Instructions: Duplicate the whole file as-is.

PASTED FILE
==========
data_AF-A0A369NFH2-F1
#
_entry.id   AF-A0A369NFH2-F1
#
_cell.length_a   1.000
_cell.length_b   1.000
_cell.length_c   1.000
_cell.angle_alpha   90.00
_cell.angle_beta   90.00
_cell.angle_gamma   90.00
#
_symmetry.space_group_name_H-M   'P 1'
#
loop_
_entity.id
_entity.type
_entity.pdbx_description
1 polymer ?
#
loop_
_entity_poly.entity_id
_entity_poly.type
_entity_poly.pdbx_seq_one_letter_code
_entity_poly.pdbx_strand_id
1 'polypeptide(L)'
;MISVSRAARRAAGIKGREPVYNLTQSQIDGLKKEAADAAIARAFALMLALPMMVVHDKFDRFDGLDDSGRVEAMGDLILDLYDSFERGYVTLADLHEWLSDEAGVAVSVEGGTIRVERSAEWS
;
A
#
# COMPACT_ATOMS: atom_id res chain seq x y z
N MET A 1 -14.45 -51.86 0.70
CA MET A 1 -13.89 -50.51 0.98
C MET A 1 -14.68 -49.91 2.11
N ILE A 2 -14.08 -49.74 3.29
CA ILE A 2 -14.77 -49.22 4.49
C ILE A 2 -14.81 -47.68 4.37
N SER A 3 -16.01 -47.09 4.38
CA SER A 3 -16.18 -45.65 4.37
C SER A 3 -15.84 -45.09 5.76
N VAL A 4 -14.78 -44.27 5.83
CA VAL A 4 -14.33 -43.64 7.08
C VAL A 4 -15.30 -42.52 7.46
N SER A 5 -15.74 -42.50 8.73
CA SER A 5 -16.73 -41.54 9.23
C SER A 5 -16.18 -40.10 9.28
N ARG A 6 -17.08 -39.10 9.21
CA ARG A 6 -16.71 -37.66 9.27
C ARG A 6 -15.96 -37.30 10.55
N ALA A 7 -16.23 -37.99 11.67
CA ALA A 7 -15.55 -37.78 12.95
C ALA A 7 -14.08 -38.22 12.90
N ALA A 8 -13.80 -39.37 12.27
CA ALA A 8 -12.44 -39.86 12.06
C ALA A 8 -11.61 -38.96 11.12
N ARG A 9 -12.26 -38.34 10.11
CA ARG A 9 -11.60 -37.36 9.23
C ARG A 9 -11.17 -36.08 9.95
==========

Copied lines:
data_AF-A0A369NFH2-F1
#
_entry.id   AF-A0A369NFH2-F1
#
_cell.length_a   1.000
_cell.length_b   1.000
_cell.length_c   1.000
_cell.angle_alpha   90.00
_cell.angle_beta   90.00
_cell.angle_gamma   90.00
#
_symmetry.space_group_name_H-M   'P 1'
#
loop_
_entity.id
_entity.type
_entity.pdbx_description
1 polymer ?
#
loop_
_entity_poly.entity_id
_entity_poly.type
_entity_poly.pdbx_seq_one_letter_code
_entity_poly.pdbx_strand_id
1 'polypeptide(L)'
;MISVSRAARRAAGIKGREPVYNLTQSQIDGLKKEAADAAIARAFALMLALPMMVVHDKFDRFDGLDDSGRVEAMGDLILDLYDSFERGYVTLADLHEWLSDEAGVAVSVEGGTIRVERSAEWS
;
A
#
# COMPACT_ATOMS: atom_id res chain seq x y z
N MET A 1 -14.45 -51.86 0.70
CA MET A 1 -13.89 -50.51 0.98
C MET A 1 -14.68 -49.91 2.11
N ILE A 2 -14.08 -49.74 3.29
CA ILE A 2 -14.77 -49.22 4.49
C ILE A 2 -14.81 -47.68 4.37
N SER A 3 -16.01 -47.09 4.38
CA SER A 3 -16.18 -45.65 4.37
C SER A 3 -15.84 -45.09 5.76
N VAL A 4 -14.78 -44.27 5.83
CA VAL A 4 -14.33 -43.64 7.08
C VAL A 4 -15.30 -42.52 7.46
N SER A 5 -15.74 -42.50 8.73
CA SER A 5 -16.73 -41.54 9.23
C SER A 5 -16.18 -40.10 9.28
N ARG A 6 -17.08 -39.10 9.21
CA ARG A 6 -16.71 -37.66 9.27
C ARG A 6 -15.96 -37.30 10.55
N ALA A 7 -16.23 -37.99 11.67
CA ALA A 7 -15.55 -37.78 12.95
C ALA A 7 -14.08 -38.22 12.90
N ALA A 8 -13.80 -39.37 12.27
CA ALA A 8 -12.44 -39.86 12.06
C ALA A 8 -11.61 -38.96 11.12
N ARG A 9 -12.26 -38.34 10.11
CA ARG A 9 -11.60 -37.36 9.23
C ARG A 9 -11.17 -36.08 9.95